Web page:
Do you follow your favorite brands on social media? I bet you follow at least five. I probably follow at least fifty.

And why do we do that? Well, personally, I’m a marketer and I’m curious about how other people market their business. But also because I want to know what they’re up to. What’s new. Who are the people behind those companies. To know when they have awesome offers I could take advantage of. There are tons of reasons why people follow brands.

So you can assume, or better yet, know, that your clients want to follow you on social media. So... why not be there for them?

This is the most straightforward reason why you should do social media marketing. Because your clients want you to. But SMM (social media marketing) is also a ton of work. So let’s see some other reasons why it’s worth it to have a social media strategy.

The benefits of social media marketing

  • Raises brand awareness - Brand awareness is a vital thing for brands, especially when they’re just starting out. If you have a startup, you should take advantage because social media is known to be the perfect medium to gain that awareness.

  • Helps show your brand’s authenticity - You get to show your clients that you’re not just a company that wants to take their money, but a team of people with a vision and a desire to help them achieve their goals.

  • Gathering data - Social media is the perfect place to have a conversation with your clients. This will help you better understand what their life is like, why they need your product or service and what you can do to improve their experience with your brand.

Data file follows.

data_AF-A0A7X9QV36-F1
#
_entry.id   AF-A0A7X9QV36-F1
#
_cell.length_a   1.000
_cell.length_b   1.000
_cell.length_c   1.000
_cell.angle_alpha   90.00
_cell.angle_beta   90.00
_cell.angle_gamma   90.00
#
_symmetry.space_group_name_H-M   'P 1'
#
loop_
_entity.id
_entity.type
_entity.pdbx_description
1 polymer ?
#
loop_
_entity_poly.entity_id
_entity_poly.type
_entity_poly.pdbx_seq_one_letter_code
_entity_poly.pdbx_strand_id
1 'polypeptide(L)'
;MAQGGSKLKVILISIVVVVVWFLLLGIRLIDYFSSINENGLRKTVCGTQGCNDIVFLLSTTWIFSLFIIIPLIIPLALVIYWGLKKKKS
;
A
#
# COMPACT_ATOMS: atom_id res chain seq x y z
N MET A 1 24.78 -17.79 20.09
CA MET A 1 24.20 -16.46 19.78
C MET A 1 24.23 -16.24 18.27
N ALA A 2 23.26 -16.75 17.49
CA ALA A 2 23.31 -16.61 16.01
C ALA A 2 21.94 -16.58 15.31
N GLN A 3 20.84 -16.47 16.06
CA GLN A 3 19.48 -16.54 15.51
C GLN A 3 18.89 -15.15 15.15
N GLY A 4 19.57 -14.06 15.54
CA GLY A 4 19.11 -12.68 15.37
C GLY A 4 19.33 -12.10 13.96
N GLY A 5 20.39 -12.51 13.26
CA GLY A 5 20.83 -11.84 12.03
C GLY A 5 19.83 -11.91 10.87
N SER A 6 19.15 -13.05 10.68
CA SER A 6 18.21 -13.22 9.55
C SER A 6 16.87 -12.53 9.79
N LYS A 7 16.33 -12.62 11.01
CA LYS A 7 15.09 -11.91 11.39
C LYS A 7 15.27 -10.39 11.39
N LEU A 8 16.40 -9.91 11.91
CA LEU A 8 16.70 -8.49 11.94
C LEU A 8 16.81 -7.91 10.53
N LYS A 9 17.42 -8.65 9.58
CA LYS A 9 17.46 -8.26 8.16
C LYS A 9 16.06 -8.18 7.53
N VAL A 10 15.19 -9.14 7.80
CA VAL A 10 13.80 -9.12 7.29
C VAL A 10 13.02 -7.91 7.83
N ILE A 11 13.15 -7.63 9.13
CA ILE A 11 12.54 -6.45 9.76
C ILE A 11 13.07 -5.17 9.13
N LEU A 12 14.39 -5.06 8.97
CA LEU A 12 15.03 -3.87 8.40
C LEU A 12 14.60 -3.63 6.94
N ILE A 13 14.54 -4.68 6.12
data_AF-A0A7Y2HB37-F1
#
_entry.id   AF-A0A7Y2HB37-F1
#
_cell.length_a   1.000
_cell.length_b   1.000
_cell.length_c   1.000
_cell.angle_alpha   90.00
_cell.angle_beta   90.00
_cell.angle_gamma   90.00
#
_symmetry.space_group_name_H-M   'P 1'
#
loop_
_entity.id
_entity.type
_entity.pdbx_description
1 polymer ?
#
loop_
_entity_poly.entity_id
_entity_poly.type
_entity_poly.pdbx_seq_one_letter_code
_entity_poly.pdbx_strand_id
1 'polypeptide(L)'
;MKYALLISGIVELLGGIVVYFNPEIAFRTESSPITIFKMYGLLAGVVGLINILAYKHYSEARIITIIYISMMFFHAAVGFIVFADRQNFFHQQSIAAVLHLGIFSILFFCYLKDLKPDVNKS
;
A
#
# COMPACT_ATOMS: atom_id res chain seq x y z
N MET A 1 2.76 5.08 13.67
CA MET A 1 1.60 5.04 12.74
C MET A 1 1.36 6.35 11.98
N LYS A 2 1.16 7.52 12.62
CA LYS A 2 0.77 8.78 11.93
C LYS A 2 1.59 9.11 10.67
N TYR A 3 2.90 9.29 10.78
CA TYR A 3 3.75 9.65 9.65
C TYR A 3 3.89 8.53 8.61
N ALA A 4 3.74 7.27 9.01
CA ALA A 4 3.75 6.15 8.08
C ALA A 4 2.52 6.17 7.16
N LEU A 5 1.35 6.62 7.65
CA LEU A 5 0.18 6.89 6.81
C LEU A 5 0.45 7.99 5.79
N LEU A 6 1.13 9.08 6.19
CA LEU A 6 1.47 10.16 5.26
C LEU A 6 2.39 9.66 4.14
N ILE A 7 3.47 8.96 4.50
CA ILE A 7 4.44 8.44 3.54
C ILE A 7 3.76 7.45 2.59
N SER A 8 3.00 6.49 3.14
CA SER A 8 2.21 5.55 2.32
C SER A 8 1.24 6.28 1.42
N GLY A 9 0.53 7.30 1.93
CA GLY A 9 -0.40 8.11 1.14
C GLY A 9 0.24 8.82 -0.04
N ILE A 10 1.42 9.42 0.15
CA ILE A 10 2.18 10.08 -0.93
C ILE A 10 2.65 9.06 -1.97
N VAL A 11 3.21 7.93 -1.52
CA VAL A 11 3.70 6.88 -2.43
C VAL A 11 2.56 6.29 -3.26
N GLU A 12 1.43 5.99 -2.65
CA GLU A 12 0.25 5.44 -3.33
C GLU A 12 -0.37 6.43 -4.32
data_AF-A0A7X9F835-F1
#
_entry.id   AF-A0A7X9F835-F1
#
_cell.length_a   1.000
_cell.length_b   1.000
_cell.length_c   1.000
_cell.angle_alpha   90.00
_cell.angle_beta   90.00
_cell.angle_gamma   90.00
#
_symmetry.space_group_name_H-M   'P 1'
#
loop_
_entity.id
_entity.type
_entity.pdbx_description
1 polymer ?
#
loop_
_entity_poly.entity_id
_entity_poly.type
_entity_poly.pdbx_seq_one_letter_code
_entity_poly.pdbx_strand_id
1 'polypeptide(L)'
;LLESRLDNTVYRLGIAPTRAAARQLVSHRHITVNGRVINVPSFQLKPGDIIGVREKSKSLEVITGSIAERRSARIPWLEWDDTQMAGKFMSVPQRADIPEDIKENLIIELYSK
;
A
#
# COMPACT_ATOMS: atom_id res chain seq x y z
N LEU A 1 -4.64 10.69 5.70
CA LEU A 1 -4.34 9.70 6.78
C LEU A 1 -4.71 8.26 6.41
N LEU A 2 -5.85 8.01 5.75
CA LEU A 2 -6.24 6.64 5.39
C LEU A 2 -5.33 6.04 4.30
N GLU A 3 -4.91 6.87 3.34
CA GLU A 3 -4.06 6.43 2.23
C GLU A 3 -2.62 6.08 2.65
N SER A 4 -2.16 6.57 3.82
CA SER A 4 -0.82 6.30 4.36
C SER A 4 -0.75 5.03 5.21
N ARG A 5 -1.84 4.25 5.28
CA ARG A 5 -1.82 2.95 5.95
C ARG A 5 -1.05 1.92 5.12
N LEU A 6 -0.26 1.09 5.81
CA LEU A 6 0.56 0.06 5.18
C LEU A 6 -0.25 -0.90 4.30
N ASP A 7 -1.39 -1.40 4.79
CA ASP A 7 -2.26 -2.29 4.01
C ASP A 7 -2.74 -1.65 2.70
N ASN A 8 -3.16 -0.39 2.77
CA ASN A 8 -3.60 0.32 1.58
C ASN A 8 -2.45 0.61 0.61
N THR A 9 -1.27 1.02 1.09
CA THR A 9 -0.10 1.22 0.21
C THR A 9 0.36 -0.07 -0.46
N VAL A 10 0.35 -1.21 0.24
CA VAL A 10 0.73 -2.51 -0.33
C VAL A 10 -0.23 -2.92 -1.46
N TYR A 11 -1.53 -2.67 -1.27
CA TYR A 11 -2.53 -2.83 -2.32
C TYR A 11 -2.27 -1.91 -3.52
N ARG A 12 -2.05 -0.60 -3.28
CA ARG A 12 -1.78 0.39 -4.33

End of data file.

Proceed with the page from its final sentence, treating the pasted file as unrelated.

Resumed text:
• Reputation management - Whether companies are there to hear it or not, people share their experiences with brands on social media every single day. And if you receive negative feedback, that can affect your brand’s image. If you’re there to respond and offer a solution, then that actually improves your reputation, turning you into a thoughtful brand that cares about customer satisfaction.

Now that you know why it’s so important to be present on social media, let’s get into how you can create a social media strategy for a startup.

Today we’re sharing with you a social media canvas that you can fill in as you’re following this article.

Social-media-canvas

Note: This is the fifth step in our Less is more digital marketing strategy, so be sure to check out our previous articles.

Well... shall we start?

1. Purpose

Any good strategy starts out with a purpose, and this one is no exception. Without setting a goal to achieve, how would we ever measure the success of our efforts?

So figure out what your overall goal is. Afterwards you can set specific objectives on shorter periods of time that will help you reach this higher goal.

If you need some inspiration, Buffer has a great article on setting social media goals.

You can choose one or more, depending on your business. Don’t forget to take in account what your business or marketing goals are and how this strategy can help you get closer to them.

Example:
Let’s pretend we’re a starting business and we sell a business management tool. Because we’re a new company, we’re interested in three main things:

  • Getting brand awareness;
  • Getting leads to our website;
  • Selling our subscriptions.

2. Channels

There are a ton of social media platforms out there, and being on all of them is not the answer. Firstly, because it would require a huge team managing all those accounts. And secondly, because your audience is probably not present on many social media websites. According to the study made by Global Web Index, an internet user has on average 7.6 social media accounts.